Like a game of telephone on steroids, rumors and hoaxes on Twitter travel as fast as a user can tap the little “retweet” arrows.
Sometimes online rumors are silly and ultimately inconsequential, like the recent hoax that had a former 90210 actress engaged to much-older comedian Jon Lovitz. But other times, rumors can have a real, tangible effect, such as those about vaccines causing autism or those that target political candidates.
During the 2012 U.S. presidential election campaign, Professors Lian Jian and Francois Bar, along with Annenberg doctoral students Jieun Shin (ABD) and Kevin Driscoll (Ph.D. 2014), trained their sights on the political rumors that were proliferating online.
Their paper, “Political rumoring on Twitter during the 2012 US presidential election: Rumor diffusion and correction,” was published in the journal New Media & Society.
Shin, Jian, Driscoll, and Bar believe that their analysis is the first of its kind. While “rumor scholarship” has a long history, political rumors have not been studied on a large scale.
The research team was first interested in the viral nature of online rumors in general.
“Our team was initially interested in investigating the rumor diffusion process on social media as opposed to the online political sphere or the political nature of the rumor,” said the paper’s first author, Jieun Shin.
“Given the rapid spread of rumors in today’s media environment, our research team was curious to know the role social media plays in this process and how individuals transmit unsubstantiated information within a networked-media system.”
When they began work in 2013, however, they realized that a “perfect dataset” already existed: political tweets collected by the Annenberg Innovation Lab between October 2011 and December 2012, a period that included the 2012 U.S. Presidential campaign.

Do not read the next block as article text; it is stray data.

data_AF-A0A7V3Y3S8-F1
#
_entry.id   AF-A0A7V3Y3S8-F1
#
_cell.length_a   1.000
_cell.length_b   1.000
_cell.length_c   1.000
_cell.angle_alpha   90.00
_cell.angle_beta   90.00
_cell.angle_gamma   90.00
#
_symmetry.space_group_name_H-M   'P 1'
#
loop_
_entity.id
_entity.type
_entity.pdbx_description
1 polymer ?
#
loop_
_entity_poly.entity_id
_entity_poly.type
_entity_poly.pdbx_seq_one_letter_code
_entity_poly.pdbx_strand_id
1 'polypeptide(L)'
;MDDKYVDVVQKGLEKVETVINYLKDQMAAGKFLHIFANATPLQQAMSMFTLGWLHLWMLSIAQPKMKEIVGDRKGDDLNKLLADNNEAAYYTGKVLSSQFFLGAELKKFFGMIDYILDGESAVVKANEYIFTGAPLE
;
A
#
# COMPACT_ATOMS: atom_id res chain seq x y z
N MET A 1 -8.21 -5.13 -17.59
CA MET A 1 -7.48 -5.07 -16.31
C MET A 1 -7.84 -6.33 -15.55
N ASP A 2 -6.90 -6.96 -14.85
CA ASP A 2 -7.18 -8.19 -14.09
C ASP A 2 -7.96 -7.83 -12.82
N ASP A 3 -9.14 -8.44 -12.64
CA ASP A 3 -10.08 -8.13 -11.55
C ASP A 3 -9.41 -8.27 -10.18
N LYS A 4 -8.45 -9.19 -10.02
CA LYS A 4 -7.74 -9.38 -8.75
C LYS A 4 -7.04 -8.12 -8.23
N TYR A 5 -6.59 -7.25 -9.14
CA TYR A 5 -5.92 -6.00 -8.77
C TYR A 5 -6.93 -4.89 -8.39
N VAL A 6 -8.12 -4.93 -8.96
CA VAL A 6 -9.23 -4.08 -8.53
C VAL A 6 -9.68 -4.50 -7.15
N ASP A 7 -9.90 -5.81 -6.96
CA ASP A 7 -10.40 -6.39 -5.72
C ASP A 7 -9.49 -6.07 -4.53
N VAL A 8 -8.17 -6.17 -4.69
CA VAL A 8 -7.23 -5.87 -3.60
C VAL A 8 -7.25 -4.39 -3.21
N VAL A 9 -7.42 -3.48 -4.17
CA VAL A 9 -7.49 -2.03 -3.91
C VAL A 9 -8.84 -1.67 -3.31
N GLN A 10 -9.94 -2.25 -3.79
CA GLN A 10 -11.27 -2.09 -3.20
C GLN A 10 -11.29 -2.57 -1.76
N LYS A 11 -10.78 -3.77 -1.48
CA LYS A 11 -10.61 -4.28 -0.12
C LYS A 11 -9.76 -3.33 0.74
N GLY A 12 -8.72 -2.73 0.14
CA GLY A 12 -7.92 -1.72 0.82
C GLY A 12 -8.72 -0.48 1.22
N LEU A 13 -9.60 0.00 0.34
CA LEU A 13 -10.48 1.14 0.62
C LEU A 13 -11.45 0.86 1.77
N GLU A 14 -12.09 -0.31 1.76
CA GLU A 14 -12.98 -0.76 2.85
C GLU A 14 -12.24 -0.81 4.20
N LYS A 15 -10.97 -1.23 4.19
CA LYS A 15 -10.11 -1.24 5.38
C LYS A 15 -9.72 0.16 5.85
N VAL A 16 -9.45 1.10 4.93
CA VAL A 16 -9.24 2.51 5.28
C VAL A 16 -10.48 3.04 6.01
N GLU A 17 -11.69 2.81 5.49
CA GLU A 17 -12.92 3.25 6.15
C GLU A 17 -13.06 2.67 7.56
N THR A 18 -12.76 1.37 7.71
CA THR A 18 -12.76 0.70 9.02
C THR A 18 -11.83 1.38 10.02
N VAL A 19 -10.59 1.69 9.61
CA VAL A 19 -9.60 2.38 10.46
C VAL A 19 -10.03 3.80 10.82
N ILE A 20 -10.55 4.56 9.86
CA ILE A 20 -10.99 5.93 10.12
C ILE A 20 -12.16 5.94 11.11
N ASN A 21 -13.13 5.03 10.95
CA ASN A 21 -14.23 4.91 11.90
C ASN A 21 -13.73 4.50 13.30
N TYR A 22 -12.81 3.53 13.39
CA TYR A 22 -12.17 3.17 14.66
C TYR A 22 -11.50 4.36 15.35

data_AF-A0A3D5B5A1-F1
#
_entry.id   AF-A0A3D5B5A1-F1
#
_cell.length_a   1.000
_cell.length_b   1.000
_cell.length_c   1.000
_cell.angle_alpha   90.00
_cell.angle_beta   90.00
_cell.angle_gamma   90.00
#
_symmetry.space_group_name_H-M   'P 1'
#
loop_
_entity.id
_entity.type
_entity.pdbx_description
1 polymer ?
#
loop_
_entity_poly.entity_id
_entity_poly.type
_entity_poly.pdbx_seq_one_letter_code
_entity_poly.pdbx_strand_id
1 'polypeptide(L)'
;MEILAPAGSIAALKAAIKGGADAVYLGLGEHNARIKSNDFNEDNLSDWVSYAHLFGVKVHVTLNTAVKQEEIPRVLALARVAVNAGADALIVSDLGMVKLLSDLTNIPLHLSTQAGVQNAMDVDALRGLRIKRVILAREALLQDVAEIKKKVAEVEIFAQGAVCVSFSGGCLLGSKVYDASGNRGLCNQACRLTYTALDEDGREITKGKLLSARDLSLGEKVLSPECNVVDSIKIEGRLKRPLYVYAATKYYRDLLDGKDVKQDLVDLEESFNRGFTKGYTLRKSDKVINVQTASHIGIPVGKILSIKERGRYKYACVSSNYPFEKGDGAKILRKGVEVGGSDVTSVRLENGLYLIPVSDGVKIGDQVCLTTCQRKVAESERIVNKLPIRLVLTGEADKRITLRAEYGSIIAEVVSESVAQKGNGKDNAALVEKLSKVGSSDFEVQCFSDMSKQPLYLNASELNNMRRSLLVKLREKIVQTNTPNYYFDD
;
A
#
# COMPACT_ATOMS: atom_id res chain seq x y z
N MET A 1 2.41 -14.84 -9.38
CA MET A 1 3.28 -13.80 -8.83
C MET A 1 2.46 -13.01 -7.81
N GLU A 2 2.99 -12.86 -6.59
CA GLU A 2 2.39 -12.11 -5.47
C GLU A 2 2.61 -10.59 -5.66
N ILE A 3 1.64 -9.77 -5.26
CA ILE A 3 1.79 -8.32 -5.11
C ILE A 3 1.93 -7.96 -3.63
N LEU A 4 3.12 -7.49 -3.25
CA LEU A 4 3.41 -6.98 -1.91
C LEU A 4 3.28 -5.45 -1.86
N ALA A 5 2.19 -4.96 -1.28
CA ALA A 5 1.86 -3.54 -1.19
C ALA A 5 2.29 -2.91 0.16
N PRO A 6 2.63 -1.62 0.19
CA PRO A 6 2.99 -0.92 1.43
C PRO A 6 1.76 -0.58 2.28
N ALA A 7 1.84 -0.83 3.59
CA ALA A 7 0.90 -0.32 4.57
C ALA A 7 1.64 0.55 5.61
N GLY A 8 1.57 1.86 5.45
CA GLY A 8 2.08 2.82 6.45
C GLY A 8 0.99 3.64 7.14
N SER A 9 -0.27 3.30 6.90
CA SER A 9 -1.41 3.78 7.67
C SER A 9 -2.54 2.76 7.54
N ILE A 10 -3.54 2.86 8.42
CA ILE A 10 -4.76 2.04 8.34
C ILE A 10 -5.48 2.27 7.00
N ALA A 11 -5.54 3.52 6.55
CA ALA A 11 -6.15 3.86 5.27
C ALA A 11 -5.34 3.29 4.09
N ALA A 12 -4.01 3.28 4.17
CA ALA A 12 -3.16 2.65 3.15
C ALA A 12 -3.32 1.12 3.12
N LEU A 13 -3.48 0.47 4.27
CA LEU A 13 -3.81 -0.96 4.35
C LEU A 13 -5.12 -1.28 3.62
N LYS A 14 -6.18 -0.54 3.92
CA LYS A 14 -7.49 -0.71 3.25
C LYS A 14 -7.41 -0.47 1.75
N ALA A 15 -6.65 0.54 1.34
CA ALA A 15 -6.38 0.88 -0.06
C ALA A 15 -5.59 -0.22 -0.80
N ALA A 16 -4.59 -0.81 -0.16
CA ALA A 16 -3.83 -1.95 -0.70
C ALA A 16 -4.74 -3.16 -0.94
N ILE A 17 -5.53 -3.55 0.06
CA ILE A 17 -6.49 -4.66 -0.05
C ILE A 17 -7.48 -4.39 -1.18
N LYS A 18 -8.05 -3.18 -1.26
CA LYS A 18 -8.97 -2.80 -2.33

The team began by identifying over fifty rumors taken from three fact-checking websites.
“One of the rumors suggested that Mitt Romney’s campaign slogan was identical to the KKK’s,” said Shin, “while another asserted that Barack Obama’s birth records were sealed.”
They then aimed to discover how these rumors were transmitted on Twitter, as well as what difference (if any) fact-checking websites had on stopping the rumors.
They found that political rumors both spread quickly and were difficult to correct because of one factor: Twitter users tend to self-segregate, following and interacting with other users who have similar points of view.
“We observed that Twitter users selectively transmitted rumors about opposing candidates and formed polarized communities based on the rumors’ target,” Shin said.
Twitter users who spread anti-Obama rumors rarely also spread anti-Romney rumors, and vice versa. In that way, the researchers said, “Social media often functions as an echo-chamber that reinforces individuals’ pre-existing attitudes.”
A user spreading an anti-Obama rumor was likely to have followers who would retweet an anti-Obama rumor and unlikely to follow someone debunking it.
It was a perfect environment for these rumors to thrive, spread, and stubbornly refuse correction.